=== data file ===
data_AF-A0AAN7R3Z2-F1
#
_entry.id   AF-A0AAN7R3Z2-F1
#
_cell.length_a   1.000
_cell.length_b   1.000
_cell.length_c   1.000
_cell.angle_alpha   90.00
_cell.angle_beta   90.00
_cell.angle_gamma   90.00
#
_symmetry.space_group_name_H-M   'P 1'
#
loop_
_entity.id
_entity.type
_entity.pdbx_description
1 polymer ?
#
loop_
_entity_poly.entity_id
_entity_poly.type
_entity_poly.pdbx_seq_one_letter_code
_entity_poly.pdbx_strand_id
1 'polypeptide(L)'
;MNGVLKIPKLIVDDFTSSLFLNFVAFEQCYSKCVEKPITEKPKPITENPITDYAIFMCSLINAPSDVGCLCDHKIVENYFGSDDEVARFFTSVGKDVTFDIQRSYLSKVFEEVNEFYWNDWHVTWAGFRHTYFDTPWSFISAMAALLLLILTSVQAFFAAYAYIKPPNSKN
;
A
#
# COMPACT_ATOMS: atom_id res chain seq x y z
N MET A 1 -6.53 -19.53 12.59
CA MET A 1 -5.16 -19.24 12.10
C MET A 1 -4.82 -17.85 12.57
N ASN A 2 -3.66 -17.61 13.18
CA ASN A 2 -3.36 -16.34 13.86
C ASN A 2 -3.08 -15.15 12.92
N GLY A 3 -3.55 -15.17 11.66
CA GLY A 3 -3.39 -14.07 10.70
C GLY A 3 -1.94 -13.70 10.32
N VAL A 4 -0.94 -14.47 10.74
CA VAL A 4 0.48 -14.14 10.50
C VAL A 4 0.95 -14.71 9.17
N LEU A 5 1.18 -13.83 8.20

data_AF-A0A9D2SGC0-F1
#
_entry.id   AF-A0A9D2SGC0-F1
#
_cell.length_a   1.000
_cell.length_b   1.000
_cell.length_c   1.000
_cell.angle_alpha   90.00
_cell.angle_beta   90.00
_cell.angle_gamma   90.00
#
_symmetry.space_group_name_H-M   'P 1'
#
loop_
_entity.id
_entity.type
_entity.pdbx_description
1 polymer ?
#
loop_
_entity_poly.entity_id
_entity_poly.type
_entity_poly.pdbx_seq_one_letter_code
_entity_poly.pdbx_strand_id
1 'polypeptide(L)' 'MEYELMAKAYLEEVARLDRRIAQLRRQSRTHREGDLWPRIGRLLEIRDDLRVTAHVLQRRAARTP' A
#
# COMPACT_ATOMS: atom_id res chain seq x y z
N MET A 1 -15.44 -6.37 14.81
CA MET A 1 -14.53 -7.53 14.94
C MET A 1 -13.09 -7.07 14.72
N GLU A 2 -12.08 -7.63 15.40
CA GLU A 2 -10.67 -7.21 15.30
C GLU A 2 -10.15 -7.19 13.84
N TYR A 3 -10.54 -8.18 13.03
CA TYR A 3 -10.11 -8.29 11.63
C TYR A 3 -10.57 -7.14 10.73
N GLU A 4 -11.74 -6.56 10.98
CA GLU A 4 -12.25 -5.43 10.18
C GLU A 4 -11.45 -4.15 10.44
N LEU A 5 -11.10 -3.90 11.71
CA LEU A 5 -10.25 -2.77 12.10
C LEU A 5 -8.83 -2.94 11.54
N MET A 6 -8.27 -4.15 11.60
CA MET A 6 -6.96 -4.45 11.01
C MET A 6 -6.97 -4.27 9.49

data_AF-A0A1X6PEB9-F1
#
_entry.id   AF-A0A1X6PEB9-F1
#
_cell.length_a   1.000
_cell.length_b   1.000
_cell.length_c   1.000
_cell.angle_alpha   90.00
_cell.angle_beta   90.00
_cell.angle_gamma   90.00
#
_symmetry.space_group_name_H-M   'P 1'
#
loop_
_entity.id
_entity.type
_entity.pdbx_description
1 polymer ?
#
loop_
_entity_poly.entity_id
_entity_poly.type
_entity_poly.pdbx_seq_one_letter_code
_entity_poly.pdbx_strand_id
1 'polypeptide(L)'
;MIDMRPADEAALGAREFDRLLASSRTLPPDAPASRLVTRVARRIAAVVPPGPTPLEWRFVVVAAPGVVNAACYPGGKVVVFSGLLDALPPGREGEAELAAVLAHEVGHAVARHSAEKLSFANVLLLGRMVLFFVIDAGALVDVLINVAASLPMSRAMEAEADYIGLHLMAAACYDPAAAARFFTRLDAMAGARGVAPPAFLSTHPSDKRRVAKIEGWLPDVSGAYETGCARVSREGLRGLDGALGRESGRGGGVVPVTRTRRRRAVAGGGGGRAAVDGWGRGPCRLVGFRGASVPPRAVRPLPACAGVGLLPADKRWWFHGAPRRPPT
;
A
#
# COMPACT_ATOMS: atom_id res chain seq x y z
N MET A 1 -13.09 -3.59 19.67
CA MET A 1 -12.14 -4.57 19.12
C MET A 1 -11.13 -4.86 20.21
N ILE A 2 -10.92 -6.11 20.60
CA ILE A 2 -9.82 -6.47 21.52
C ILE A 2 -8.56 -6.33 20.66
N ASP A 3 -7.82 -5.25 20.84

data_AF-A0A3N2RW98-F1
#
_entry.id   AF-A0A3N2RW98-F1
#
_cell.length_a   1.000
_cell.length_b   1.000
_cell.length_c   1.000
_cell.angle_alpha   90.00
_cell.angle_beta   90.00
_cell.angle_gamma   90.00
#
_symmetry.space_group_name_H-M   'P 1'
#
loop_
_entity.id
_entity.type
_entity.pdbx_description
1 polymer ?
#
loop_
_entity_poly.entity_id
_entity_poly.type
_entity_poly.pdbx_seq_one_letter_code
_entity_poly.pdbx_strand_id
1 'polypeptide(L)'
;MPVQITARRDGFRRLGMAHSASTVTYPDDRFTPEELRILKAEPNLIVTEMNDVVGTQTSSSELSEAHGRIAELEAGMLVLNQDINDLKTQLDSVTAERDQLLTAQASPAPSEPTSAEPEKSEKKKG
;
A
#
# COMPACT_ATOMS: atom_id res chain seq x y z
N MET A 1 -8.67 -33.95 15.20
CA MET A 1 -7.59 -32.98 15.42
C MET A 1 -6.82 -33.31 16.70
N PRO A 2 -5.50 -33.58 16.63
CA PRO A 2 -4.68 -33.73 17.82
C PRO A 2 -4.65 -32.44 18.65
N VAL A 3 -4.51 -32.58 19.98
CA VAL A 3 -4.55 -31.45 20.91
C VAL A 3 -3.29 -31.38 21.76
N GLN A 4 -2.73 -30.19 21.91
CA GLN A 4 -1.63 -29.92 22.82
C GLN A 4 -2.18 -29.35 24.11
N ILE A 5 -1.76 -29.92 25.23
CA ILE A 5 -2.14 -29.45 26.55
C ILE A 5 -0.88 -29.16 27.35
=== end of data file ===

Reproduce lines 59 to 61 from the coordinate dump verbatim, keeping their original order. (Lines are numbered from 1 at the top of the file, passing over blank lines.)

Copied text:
_entity.type
_entity.pdbx_description
1 polymer ?